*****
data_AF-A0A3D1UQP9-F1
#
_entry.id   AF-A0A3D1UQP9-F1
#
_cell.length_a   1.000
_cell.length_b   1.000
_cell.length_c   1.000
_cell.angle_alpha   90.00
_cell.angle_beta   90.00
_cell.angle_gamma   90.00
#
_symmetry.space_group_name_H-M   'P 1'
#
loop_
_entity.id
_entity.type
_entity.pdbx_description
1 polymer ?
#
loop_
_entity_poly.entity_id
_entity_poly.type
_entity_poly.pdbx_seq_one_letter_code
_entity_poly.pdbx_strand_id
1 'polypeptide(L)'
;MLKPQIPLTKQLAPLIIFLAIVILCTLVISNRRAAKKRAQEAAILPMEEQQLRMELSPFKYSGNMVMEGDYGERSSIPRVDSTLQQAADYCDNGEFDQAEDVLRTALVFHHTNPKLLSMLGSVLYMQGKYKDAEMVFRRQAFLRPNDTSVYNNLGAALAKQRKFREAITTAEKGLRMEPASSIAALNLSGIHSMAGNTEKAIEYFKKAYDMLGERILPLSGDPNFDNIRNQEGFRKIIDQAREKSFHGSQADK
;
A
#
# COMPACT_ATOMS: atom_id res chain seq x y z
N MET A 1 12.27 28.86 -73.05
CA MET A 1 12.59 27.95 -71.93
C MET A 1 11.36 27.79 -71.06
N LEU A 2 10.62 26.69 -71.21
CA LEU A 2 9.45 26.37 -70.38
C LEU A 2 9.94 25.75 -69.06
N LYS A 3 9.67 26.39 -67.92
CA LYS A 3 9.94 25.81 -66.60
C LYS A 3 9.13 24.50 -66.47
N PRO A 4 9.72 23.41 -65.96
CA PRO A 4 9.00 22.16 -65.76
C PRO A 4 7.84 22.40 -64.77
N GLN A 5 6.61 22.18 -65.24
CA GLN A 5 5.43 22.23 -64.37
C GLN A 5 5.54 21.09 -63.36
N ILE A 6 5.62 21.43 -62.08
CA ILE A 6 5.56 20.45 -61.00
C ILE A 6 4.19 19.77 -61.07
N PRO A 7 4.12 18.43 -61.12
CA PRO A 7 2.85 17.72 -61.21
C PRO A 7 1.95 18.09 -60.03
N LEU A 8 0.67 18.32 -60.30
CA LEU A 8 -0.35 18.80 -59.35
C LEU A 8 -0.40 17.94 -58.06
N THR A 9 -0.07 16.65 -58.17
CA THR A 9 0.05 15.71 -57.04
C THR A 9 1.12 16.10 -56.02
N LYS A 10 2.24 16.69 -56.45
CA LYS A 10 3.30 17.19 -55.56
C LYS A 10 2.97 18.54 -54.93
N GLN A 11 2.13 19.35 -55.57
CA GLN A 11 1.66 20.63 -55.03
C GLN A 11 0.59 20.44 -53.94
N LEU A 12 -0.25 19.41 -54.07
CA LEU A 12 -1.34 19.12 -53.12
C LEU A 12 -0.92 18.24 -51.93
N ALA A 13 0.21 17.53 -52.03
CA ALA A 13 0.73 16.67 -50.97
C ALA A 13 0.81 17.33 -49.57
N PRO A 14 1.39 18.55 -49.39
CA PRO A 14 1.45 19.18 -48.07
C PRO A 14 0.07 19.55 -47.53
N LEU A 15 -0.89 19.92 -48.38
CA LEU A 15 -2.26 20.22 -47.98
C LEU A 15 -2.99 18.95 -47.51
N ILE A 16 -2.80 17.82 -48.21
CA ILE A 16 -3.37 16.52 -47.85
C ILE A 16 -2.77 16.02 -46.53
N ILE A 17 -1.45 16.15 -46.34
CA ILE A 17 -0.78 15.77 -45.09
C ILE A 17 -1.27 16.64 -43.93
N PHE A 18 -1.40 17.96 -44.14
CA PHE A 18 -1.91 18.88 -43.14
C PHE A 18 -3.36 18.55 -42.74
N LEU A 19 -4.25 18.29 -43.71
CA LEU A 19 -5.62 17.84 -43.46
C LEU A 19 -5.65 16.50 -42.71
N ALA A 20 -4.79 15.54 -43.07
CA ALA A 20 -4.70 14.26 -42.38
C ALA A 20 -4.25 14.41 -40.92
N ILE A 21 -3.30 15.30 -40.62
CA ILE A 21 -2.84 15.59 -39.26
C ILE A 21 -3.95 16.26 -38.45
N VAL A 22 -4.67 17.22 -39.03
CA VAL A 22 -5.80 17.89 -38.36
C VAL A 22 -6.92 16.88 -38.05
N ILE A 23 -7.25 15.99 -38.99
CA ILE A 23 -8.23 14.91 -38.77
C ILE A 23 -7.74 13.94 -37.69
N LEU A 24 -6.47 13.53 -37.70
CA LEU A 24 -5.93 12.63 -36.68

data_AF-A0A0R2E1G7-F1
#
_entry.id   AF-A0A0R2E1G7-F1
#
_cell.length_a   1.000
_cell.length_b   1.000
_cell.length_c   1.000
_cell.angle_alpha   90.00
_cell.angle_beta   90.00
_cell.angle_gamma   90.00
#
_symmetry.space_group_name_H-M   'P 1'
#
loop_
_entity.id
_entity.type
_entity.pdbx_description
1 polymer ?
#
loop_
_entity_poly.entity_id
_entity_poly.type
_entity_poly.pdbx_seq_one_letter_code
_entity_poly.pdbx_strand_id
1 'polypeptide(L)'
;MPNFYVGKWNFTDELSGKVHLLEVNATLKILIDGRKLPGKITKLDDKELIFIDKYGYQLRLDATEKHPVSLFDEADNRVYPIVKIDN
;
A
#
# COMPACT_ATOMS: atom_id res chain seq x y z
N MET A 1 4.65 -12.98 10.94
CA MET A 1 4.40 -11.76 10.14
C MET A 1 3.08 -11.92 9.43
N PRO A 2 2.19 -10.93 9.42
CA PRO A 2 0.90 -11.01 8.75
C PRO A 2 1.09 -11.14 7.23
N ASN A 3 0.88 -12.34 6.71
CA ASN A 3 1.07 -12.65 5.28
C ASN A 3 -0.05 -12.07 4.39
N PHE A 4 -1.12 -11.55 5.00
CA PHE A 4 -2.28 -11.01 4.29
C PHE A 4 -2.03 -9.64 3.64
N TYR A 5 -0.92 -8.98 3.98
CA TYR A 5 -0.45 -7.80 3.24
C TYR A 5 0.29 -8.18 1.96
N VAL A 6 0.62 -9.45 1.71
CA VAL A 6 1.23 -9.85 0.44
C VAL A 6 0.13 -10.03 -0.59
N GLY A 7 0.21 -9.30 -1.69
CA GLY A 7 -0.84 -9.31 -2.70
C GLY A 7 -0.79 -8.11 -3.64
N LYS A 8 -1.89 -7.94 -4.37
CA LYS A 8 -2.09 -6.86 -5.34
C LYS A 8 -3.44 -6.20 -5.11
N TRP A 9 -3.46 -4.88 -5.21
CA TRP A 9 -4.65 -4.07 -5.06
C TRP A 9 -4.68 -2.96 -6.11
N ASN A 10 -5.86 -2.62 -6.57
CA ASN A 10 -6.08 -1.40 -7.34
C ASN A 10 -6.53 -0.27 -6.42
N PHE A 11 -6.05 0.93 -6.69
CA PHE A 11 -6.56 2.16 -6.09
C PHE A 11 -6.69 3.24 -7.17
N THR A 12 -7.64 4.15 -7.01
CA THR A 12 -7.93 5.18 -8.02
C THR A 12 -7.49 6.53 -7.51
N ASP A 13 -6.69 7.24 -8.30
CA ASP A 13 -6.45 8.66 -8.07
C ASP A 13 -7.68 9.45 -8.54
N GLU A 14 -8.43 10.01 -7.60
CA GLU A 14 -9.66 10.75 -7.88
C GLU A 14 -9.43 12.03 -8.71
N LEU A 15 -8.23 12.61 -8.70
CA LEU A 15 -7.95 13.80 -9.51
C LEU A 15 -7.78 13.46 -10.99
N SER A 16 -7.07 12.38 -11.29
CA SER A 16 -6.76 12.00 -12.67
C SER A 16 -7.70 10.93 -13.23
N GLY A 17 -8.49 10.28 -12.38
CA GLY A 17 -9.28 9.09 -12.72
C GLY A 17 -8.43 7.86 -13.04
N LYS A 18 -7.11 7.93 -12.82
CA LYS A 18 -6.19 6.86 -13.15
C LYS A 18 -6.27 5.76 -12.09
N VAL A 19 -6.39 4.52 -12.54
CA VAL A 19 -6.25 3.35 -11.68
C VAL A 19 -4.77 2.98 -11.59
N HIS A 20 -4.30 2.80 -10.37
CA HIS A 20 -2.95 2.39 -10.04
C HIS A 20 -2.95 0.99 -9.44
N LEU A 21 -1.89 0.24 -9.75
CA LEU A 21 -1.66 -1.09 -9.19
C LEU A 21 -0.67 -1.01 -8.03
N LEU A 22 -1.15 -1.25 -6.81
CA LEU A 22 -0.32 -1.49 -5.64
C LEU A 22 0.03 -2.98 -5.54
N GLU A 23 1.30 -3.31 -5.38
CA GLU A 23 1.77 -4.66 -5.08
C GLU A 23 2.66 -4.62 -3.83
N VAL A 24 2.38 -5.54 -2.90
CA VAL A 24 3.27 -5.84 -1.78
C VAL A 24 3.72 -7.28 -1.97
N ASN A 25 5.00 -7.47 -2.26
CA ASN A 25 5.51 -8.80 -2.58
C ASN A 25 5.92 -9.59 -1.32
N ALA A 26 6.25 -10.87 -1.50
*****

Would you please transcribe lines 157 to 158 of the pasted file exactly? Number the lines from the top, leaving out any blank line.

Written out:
CA TRP A 9 -4.65 -4.07 -5.06
C TRP A 9 -4.68 -2.96 -6.11